Next to ants, who spend their entire lives toiling for their colonies by carrying food up to 50 times their body weight, Hongkongers are probably the most hard-working creatures, logging long hours under mounting stress. The situation has got even worse since the global financial crisis hit the local economy.
According to Professor Stephen Frost, executive director of CSR Asia, a corporate social responsibility consultancy, working hours for Hong Kong employees have noticeably increased in sectors such as manufacturing, training, small businesses, and industries most troubled by the financial crisis, such as banking and finance.
He admitted that Hong Kong employees in general were working under increasing stress with extra workloads as a result of company downsizing.
'Employees across Asia in general are more willing to work longer hours without compensation. In the current economic climate, employees who have managed to keep their jobs as survivors after their companies' retrenchment exercises are forced to take on additional responsibilities and work longer hours without compensation,' Frost said.
This is ominous considering that job satisfaction levels among Hong Kong employees rank among the lowest in the world, whether in good times or bad, according to Frost.
Supporting this was a survey conducted in June by the Continuing Professional Development Alliance (CPDA) which tracks Hong Kong professionals' work attitudes and wellness status under the present economic environment. It found that Hongkongers in professions, such as legal and human resources, and purchasing and supply tended to work longer official hours than in other industries and professions. People working in banking and education were also more prone to a long-hour culture.
Time and again, many local and international researchers have used statistical evidence to demonstrate that working long hours not only results in decreased job satisfaction, low morale and reduced productivity, but it also leads to health problems related to stress. About 75 per cent of the 184 CPDA survey respondents said that they were not able to find enough leisure time to do their favourite activities or spend time with their family and friends.
According to Frost's observations, companies, especially in small and medium-sized businesses, seem to be putting more emphasis on ways to boost productivity rather than ensuring a good work-life balance for their staff.
He emphasised that it was important for companies to maintain open communication with staff and engage them in the decision making process.
Dr Tsang Fan-kwong, a specialist in psychiatry, said a hectic city life and a competitive work environment were major sources of stress for many urbanites who were working extended long hours.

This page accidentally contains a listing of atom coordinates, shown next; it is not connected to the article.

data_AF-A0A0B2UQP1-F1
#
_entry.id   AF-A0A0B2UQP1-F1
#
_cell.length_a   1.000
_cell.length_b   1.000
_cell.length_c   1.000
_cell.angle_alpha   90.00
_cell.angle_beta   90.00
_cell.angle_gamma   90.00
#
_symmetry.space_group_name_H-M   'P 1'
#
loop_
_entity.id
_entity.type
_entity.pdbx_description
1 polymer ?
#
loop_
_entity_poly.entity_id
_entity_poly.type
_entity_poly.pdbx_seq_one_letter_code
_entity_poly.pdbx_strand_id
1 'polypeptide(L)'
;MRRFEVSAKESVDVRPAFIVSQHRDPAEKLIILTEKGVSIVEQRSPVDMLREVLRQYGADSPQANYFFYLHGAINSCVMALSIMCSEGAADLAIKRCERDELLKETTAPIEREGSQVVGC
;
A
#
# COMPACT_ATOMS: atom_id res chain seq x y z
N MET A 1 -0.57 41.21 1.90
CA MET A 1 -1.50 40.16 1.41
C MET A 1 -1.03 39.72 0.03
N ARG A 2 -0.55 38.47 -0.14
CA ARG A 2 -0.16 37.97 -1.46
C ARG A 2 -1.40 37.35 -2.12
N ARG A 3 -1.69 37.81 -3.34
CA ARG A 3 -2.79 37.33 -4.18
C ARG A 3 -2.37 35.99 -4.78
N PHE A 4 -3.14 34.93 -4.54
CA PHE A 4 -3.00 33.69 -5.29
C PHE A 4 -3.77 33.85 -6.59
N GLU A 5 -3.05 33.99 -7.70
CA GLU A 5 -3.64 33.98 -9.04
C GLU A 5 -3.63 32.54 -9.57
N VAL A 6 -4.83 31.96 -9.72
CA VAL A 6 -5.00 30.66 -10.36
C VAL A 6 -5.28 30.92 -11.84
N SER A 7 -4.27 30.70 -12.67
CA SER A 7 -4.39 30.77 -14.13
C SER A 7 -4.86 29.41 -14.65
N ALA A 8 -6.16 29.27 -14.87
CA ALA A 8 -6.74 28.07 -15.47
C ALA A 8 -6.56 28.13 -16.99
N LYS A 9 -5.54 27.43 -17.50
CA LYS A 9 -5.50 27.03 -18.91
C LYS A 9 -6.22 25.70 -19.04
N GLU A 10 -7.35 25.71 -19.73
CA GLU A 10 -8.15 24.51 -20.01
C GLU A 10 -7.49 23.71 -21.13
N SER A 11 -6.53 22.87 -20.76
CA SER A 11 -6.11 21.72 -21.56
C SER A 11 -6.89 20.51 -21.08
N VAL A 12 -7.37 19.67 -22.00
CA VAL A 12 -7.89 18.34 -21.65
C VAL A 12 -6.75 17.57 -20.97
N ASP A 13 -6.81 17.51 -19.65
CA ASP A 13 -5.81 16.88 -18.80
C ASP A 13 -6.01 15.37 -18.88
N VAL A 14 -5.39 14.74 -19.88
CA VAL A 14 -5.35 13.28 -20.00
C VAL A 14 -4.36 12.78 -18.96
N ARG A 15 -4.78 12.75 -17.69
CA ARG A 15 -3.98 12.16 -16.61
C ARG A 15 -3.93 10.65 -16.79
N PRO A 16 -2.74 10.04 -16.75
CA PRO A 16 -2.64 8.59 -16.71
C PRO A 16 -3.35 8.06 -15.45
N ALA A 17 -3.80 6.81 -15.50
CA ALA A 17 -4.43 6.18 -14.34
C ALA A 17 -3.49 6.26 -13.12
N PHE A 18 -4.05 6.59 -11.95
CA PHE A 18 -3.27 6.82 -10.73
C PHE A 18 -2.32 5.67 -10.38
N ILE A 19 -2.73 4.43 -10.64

'People displaying behaviour such as walking in quick steps and easily getting agitated for arguments is a common indicator of stress,' he said. He added that stress could give rise to a flurry of health issues including insomnia, obesity and decreased immunity, making people more susceptible to illnesses and diseases such as influenza, skin allergy, indigestion, ulcer and, worryingly, cancer in the most extreme cases, all of which carry a real cost for a company's bottom line.
'Stress can seriously disturb people's regular life patterns, lead to fatigue and affect family relationships.'
Tsang said that a good work-life balance was important to help maintain personal health and sustain healthy relationships, and it should not suffer under any circumstances.
'It is important to draw yourself a line to decide when to call it a day, stick to it and go home. Make it a practice not to take work home and continue working.'
Tsang advised employees to make an effort to maintain work-life balance and urged employers to help their staff achieve this.
'According to many research studies, longer working hours lead to fatigue and decrease staff productivity and effectiveness, rather than increase productivity, and it gives rise to staff making more errors at work.'
In this sense, the ends do not justify the means. 'Make the most of your spare time to relax and rest. Set aside some time during the week to exercise, socialise with friends or pursue your personal interests to help reduce stress and resume a more regular life pattern as the ultimate goal.'
Working long hours under rising pressure is becoming an increasingly common phenomenon among Hong Kong professionals
Incessant overtime reduces staff productivity and can give rise to severe health problems which carry a cost for companies
Hong Kong employees are among the world's lowest in terms of job satisfaction levels
Work-life balance is important for maintaining personal health and improving relationships'